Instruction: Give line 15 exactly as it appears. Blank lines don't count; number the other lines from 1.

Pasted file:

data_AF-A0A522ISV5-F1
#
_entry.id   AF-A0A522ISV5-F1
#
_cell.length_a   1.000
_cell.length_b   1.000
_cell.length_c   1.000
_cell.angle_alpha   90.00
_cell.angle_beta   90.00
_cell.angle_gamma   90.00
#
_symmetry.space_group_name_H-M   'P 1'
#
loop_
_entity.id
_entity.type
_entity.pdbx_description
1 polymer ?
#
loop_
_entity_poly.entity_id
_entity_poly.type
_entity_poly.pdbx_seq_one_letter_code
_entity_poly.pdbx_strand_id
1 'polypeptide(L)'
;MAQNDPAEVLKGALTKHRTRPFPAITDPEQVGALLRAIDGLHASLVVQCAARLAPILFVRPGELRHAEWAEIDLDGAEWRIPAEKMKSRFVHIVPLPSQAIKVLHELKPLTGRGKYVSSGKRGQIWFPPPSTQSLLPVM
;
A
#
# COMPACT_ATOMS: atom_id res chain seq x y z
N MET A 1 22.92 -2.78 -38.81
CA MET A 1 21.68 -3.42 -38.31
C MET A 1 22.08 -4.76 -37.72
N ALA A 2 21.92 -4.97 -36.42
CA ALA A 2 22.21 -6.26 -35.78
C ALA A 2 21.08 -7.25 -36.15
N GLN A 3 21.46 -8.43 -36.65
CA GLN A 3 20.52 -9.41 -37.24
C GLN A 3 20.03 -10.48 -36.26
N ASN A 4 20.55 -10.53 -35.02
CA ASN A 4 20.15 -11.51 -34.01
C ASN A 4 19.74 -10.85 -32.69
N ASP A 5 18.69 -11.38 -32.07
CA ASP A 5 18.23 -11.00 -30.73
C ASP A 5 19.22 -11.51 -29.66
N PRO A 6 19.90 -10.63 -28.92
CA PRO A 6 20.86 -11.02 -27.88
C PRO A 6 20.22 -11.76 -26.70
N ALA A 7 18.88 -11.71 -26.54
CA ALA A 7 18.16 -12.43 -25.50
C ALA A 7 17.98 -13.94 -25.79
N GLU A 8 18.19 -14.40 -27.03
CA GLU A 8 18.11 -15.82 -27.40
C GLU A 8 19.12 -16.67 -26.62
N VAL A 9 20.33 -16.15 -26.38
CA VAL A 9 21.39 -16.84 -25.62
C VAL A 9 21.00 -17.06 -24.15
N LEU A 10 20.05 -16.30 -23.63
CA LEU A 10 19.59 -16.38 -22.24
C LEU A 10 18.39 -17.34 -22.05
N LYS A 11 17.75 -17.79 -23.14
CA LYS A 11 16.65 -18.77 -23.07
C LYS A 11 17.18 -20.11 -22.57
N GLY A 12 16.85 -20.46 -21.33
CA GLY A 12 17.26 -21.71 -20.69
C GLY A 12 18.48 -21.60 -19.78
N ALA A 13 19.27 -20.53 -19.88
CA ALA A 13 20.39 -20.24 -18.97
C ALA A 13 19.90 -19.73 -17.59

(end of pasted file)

_entity.id